In vitro studies with H. pylori showed significant inhibition at the concentration of 1000 [micro]g/ml of BME. H. pylori has now been accepted if not the cause, at least as a facilitating factor in ulcerogenesis. Although further studies are needed to understand the mechanism of anti-H, pylori activity of BME, there is a possibility that its reported antioxidant activity (Sairum et al. 2001) may be involved, as H. pylori infection has been reported to induce reactive oxygen species (Davies et al. 1994). It is well documented that free radicals have a decisive role in ulcerogenesis. Further there are reports of compromised immunity and success of immunization in preventing H. pylori infection (Tosi et al. 1992). BM is classified as a rasayana in Ayurveda, which are thought to increase generalized immunity, similar to modern classification of adaptogens. This may also be an important contributing factor, which needs to be further studied. Even through effective antimicrobial therapy is available to eradicate H. pylori infection, current therapies require patients to ingest multiple agents several times a day for at least one week (Soll, 1996), leading to non-compliance of treatment schedules. Further treatment can be accompanied by nausea, diarrhea, abdominal pain and pseudomembranois colitis (Rauws, 1993). There are also reports of altered physiological functions by anti-ulcer drugs in H. pylori positive patients (Hoist et al. 1992; Gillen et al. 1999). An anti-ulcer agent having anti-H. pylori activity can have better compliance among patients and can also decrease incidences of drug interactions.

Prostaglandins have long been known to afford protection to the gastric mucosa. They do so by inhibiting acid secretion and increasing mucosal defenses (Robert, 1979). PGs are reported to restore mucosal defense, and thereby prevent damage by several irritants and influence repair of gastric ulcers (Wallace, 2001). PGs are reported to act through endogenous prostaglandin (EP) receptors and the subtype EP-3 in the stomach and duodenum has been reported to be responsible for bicarbonate secretion (Takeuchi et al. 1999a, b). There are several reports on the contributing role of PGs in the antiulcerogenic activity of many drugs. Rebamipide a mucoprotective agent is reported to induce COX-2 and thereby increase PG release (Sun et al. 2000). Lansoprazole has been reported to protect against ethanol-induced damage by increased accumulation of PGs rather than reduction of acid secretion (Blandizzi et al. 1999). Similarly, BME was also reported to have no significant effects on acid secretion and in the present study, BME significantly increased both PGE and PG[I.sub.2] accumulation by human colonic incubates in vitro. There are many reported uses of PG analogs, which are as effective as many widely used anti-ulcer drugs (Wu et al. 1998). Although correlation of in vitro accumulation of PGs by human colonic mucosa to antiulcerogenic activity of rat models of gastric ulcer reported earlier may be contentious, the study nevertheless proves the inducing effect of BME on PG synthesis.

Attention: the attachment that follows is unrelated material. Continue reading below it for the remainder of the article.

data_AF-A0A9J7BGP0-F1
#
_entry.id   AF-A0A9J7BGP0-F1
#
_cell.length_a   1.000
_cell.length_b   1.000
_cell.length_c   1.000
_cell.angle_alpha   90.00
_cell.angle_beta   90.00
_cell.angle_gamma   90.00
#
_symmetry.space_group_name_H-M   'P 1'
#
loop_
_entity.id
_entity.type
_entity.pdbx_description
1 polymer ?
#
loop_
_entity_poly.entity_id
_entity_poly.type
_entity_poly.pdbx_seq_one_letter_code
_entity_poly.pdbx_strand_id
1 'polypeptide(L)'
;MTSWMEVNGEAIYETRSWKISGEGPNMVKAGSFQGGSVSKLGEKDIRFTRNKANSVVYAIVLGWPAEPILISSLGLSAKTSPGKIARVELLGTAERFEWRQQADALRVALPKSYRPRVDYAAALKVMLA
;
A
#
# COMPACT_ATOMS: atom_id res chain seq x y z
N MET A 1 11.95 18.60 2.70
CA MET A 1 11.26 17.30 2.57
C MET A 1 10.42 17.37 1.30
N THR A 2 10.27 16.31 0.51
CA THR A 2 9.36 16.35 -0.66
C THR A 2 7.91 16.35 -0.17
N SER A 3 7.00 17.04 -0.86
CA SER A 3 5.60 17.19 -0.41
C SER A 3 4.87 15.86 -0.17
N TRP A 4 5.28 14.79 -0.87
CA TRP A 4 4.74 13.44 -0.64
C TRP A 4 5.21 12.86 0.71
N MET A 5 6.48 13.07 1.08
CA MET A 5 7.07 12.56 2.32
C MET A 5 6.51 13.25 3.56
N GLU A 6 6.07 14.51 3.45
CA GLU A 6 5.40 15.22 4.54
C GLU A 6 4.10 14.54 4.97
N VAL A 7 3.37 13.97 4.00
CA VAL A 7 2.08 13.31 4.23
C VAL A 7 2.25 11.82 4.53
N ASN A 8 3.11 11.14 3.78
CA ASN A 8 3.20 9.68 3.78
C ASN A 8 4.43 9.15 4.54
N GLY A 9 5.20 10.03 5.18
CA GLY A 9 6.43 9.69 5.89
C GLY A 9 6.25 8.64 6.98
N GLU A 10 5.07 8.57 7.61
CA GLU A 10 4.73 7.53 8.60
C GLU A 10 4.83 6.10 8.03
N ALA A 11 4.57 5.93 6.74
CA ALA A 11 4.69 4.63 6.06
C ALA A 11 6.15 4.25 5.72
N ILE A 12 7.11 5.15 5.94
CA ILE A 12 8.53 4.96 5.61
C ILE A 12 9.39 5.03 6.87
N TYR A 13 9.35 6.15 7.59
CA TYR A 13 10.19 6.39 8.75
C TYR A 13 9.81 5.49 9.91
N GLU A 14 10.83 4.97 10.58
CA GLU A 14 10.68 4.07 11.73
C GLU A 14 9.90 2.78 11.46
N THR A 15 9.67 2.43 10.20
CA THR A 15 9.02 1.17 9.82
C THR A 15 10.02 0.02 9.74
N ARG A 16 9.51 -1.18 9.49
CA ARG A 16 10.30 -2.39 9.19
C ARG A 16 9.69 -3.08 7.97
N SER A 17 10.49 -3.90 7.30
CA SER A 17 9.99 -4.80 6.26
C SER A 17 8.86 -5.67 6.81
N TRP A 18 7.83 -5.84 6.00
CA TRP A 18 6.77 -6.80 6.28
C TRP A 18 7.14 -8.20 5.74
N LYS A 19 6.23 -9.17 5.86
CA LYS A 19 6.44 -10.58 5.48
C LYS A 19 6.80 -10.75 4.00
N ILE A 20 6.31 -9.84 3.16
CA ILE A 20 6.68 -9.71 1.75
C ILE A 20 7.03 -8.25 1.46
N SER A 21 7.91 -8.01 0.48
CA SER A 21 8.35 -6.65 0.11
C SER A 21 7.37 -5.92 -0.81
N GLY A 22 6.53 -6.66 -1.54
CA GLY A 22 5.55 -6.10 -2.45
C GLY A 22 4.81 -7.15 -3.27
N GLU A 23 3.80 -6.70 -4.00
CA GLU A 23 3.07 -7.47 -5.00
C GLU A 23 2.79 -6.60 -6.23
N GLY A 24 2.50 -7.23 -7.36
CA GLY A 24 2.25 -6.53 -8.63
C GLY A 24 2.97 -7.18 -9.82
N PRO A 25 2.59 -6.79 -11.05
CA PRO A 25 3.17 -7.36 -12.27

Thus, the present study shows that BME has in vitro anti-H, pylori activity and causes an increase in the accumulation of PGs by human mucosal colonic incubates, which could account for its anti-ulcerogenic activity. Further, in vivo studies would substantiate the anti-H, pylori activity and inducement of PG accumulation by BME.
Table 1. In vitro effect of bismuth subcitrate (BSC) and
BME on growth of H. pylori.

Test No. of wells % P Value
substance showing Inhibition (Chi
([micro]g/ml) inhibition square test)

BSC
 200 2/8 25% NS
 1000 6/8 75% <0.01
BME
 200 0/8 0% NS
 1000 6/8 75% <0.01

Table 2. Effect of BME on the accumulation of human
colonic mucosal prostaglandins E (PGE) and [I.sub.2],
(data are mean [+ or -] SEM, 6 experiments in each group).

Treatment Colonic mucosa (ng/g wet tissue, 30 min)
([micro]g/ml)
 PGE PG[I.sub.2]

Control 38.7 [+ or -] 12.8 73.1 [+ or -] 15.2
 (1 % methanol)
Indomethacin
 0.1 13.7 [+ or -] 5.4 (b) 14.0 [+ or -] 4.9 (b)
 1.0 7.0 [+ or -] 4.2 (b) 8.8 [+ or -] 5.8 (c)
 10.0 4.0 [+ or -] 1.5 (b) 3.7 [+ or -] 2.0 (b)
BME
 0.1 29.5 [+ or -] 5.2 59.0 [+ or -] 10.6
 1.0 37.7 [+ or -] 8.2 76.0 [+ or -] 20.4
 10.0 54.5 [+ or -] 6.0 (a) 110.0 [+ or -] 30.1

(a) P < 0.05, (b) P < 0.01, (c) P < 0.001.


Acknowledgements

RKG is thankful to Indian Council of Medical Research for grant-in aid and The Royal Society, London and INSA, New Delhi for scientist exchange programme. The authors are thankful to, Indian Herbs Ltd. (IH), Saharanpur, India, for technical facilities provided for chemical standardization of the extract.

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* Address

Prof. R. K. Goel, Department of Pharmacology, Institute of Medical Sciences, Banaras Hindu University, Varanasi--221005, India

Tel.: (0542) 316739; Fax: (0542) 367567; e-mail: rkgoel@banaras.ernet.in

R. K. Goel (1), K. Sairam (1), M. Dora Babu (1), I. A. Tavares (2) and A. Raman (3)

(1) Department of Pharmacology, Institute of Medical Sciences, Banaras Hindu University, Varanasi, India

(2) Department of surgery, King's college, school of Medicine and Dentistry, The Rayne Institute, London, U.K.

(3) Department of Pharmacy, GKT school of Medicine and Dentistry, King's Kollege, London, U.K.
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Author:Goel, R.K.; Sairam, K.; Babu, M. Dora; Tavares, I.A.; Raman, A.
Publication:Phytomedicine: International Journal of Phytotherapy & Phytopharmacology
Geographic Code:9INDI
Date:Jul 1, 2003